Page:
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Alliance for Choice

40 Women per month - a Protest to Extend Abortion Act to Northern Ireland    

Saturday 18th October 2008. Women from Alliance for Choice held a symbolic protest in the centre of Derry to represent the 40 women who travel from Northern Ireland every week for abortions in Britain.

Alliance for Choice is an organisation that campaigns for the extension of the 1967 Abortion Act to Northern Ireland. It is made up of women and men, from both Catholic and Protestant communities in the North of Ireland, who want to see equality and self-determination for women here. Alliance for Choice was set up in 1996, emerging from the Women’s Right to Choose Group, to encourage the incoming Labour government to implement Labour Party policy to extend the Act.

Much of our work has been about making heard the voices of the tens of thousands of women from NI who have had abortions in England and elsewhere since 1967 – thereby exposing the hypocrisy of the politicians who say there is “no demand for abortion rights” in NI.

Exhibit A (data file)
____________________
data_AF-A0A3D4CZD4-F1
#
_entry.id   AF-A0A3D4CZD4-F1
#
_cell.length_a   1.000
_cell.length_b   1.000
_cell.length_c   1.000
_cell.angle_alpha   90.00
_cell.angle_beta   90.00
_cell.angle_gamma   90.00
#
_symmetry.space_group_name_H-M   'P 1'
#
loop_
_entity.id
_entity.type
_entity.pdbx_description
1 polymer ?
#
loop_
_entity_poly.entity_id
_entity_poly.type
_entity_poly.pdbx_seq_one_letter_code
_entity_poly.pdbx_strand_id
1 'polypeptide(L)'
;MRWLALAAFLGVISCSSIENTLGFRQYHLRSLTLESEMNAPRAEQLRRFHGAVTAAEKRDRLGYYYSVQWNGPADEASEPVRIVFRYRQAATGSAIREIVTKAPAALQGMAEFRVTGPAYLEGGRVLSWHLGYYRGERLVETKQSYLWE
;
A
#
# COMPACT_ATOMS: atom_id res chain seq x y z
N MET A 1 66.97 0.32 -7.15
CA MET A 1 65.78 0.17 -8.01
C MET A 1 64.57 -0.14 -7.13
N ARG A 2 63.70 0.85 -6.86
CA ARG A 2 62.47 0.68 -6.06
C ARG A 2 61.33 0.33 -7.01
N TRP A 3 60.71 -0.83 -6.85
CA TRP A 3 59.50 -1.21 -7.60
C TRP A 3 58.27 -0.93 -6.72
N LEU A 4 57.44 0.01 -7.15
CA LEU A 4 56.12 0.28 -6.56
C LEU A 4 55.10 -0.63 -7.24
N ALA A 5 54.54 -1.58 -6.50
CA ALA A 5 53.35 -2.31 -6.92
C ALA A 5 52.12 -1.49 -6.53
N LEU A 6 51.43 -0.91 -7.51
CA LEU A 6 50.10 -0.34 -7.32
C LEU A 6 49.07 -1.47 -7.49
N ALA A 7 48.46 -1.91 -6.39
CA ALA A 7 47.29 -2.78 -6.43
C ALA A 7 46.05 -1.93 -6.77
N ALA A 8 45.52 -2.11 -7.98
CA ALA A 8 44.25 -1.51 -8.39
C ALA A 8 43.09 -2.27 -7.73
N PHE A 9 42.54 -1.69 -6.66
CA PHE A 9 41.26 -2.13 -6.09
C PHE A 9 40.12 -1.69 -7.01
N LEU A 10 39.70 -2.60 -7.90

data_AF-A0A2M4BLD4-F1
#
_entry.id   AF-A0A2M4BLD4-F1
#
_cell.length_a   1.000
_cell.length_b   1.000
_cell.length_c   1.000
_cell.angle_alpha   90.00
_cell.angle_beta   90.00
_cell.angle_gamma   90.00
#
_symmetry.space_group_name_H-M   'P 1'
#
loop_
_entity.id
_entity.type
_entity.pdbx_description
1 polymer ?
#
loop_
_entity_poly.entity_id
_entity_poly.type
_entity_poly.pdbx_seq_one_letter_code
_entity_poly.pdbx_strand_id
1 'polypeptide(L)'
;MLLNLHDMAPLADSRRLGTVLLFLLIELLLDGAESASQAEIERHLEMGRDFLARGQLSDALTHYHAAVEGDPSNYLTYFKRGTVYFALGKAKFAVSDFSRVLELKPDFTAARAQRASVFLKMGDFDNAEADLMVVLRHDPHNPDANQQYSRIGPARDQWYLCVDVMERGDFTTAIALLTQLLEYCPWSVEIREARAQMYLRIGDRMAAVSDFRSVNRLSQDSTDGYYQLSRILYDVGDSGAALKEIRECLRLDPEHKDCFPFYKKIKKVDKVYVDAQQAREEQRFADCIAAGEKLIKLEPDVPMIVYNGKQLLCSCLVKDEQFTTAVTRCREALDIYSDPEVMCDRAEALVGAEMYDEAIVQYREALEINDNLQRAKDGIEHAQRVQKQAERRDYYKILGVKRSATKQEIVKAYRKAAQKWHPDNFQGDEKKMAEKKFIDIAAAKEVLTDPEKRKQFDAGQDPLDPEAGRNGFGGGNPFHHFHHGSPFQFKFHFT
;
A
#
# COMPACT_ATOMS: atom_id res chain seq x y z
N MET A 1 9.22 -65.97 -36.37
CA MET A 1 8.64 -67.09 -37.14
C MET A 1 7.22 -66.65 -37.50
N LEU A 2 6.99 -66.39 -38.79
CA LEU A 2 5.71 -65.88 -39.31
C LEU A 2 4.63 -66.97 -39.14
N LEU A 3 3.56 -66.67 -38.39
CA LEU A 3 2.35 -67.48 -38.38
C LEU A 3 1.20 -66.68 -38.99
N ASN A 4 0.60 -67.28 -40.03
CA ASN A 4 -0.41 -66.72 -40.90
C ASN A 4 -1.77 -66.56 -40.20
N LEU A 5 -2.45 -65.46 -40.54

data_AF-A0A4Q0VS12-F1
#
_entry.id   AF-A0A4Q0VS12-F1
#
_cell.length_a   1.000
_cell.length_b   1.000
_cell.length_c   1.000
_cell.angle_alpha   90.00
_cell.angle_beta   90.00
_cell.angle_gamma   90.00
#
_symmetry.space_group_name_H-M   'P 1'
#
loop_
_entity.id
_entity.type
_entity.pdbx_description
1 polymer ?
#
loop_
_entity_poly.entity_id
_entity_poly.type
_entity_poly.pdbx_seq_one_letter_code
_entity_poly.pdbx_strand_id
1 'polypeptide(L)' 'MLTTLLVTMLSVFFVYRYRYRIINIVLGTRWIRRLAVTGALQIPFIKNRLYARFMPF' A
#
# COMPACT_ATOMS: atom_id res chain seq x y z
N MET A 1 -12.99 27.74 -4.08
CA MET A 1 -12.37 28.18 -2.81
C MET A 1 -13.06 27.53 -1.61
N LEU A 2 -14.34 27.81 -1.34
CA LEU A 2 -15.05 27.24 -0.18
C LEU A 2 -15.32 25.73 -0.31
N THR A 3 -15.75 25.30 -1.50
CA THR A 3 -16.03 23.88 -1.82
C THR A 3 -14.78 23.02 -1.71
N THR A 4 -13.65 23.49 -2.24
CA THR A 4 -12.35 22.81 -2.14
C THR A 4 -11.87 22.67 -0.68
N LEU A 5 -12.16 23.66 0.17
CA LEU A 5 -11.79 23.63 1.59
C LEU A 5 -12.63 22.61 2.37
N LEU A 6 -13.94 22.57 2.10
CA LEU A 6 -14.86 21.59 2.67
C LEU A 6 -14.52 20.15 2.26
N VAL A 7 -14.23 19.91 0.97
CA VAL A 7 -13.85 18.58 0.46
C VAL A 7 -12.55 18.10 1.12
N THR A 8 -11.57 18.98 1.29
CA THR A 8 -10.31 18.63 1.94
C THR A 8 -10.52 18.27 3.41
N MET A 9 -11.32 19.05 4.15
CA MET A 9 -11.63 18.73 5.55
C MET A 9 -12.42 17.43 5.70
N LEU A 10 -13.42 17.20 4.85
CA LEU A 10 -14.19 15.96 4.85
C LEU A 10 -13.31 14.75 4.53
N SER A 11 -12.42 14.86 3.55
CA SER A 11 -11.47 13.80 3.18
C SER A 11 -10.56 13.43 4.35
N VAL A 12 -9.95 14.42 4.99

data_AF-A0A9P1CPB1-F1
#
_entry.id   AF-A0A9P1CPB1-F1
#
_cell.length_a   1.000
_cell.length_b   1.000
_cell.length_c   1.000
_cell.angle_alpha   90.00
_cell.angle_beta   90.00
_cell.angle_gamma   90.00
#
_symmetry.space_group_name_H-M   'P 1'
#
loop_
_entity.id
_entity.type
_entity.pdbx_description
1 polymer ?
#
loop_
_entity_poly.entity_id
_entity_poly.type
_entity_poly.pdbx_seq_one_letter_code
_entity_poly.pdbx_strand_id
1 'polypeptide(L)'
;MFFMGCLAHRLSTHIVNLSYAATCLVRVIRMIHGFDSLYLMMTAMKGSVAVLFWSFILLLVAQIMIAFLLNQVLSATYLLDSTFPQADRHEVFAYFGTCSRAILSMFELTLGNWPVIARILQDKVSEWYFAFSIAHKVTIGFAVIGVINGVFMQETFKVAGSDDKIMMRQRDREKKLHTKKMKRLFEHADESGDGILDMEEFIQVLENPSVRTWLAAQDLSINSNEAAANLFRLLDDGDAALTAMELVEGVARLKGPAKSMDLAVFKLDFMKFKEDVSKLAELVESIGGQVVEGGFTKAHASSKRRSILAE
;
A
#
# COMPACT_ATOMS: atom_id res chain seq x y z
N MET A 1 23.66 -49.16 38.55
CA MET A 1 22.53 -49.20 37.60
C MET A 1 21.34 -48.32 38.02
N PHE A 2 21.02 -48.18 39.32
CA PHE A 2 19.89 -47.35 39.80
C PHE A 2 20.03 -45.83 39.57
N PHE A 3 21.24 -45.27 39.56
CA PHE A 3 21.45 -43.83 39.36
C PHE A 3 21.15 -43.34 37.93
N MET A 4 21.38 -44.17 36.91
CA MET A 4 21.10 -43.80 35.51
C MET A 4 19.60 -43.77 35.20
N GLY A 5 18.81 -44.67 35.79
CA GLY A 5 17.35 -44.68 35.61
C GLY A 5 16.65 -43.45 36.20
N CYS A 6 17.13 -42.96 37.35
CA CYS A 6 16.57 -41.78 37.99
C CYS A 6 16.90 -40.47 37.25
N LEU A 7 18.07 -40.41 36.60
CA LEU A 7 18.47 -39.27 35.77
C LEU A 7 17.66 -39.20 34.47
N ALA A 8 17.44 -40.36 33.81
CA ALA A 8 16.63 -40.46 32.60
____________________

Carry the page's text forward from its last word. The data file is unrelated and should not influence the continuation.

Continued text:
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Women’s Voices

Ms. M:

“I suffer from congenital heart disease. After the birth of my third child, I was told by the cardiologist not to risk any further pregnancies as ’it would take 15 years off your life’. I subsequently became pregnant and, because of my religious qualms about abortion, did not request a termination but carried the pregnancy to term. I was unwell for several months following that confinement and never really recovered my full strength.

When I became pregnant again three years later, I feared for my life and asked about a termination. The obstetric consultant at Altnagelvin Hospital told me that my life was not in immediate danger and so an abortion would not be legal. Nonetheless, when I made an appointment in a British clinic, my doctors here consulted with the medical staff at the clinic and sent them my notes because my health was so poor.”

Campaign to Extend Abortion Act to NI    

”Not the Church not the State women must decide their fate”.

(Photograph © Jess Hurd 2008)

Ms. C: